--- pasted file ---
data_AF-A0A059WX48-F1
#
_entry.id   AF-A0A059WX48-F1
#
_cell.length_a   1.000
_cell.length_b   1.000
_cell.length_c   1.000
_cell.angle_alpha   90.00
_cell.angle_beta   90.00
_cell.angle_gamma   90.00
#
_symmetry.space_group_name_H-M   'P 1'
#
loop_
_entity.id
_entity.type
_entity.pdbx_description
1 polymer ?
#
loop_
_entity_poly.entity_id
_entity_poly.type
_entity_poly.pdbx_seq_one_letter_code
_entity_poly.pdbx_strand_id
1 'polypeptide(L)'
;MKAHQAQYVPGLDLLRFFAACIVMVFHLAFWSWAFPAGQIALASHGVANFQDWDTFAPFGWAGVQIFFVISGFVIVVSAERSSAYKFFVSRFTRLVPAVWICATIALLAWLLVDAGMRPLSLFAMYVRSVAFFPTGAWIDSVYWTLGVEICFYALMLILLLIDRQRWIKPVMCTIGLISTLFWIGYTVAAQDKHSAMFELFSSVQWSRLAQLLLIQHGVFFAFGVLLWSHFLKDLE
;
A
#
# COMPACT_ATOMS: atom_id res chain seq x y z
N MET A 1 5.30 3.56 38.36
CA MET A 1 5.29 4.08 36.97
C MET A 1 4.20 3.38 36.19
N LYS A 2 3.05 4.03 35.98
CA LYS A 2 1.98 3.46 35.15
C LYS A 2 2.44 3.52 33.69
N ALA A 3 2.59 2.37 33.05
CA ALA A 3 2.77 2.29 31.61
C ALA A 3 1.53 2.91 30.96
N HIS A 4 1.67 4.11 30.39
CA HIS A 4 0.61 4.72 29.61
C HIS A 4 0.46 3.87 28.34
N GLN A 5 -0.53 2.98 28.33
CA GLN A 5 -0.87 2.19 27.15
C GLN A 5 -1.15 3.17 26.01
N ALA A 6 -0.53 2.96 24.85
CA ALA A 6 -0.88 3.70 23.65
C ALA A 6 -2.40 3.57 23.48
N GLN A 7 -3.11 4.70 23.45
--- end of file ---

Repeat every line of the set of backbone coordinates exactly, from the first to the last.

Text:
data_AF-A0A059WX48-F1
#
_entry.id   AF-A0A059WX48-F1
#
_cell.length_a   1.000
_cell.length_b   1.000
_cell.length_c   1.000
_cell.angle_alpha   90.00
_cell.angle_beta   90.00
_cell.angle_gamma   90.00
#
_symmetry.space_group_name_H-M   'P 1'
#
loop_
_entity.id
_entity.type
_entity.pdbx_description
1 polymer ?
#
loop_
_entity_poly.entity_id
_entity_poly.type
_entity_poly.pdbx_seq_one_letter_code
_entity_poly.pdbx_strand_id
1 'polypeptide(L)'
;MKAHQAQYVPGLDLLRFFAACIVMVFHLAFWSWAFPAGQIALASHGVANFQDWDTFAPFGWAGVQIFFVISGFVIVVSAERSSAYKFFVSRFTRLVPAVWICATIALLAWLLVDAGMRPLSLFAMYVRSVAFFPTGAWIDSVYWTLGVEICFYALMLILLLIDRQRWIKPVMCTIGLISTLFWIGYTVAAQDKHSAMFELFSSVQWSRLAQLLLIQHGVFFAFGVLLWSHFLKDLE
;
A
#
# COMPACT_ATOMS: atom_id res chain seq x y z
N MET A 1 5.30 3.56 38.36
CA MET A 1 5.29 4.08 36.97
C MET A 1 4.20 3.38 36.19
N LYS A 2 3.05 4.03 35.98
CA LYS A 2 1.98 3.46 35.15
C LYS A 2 2.44 3.52 33.69
N ALA A 3 2.59 2.37 33.05
CA ALA A 3 2.77 2.29 31.61
C ALA A 3 1.53 2.91 30.96
N HIS A 4 1.67 4.11 30.39
CA HIS A 4 0.61 4.72 29.61
C HIS A 4 0.46 3.87 28.34
N GLN A 5 -0.53 2.98 28.33
CA GLN A 5 -0.87 2.19 27.15
C GLN A 5 -1.15 3.17 26.01
N ALA A 6 -0.53 2.96 24.85
CA ALA A 6 -0.88 3.70 23.65
C ALA A 6 -2.40 3.57 23.48
N GLN A 7 -3.11 4.70 23.45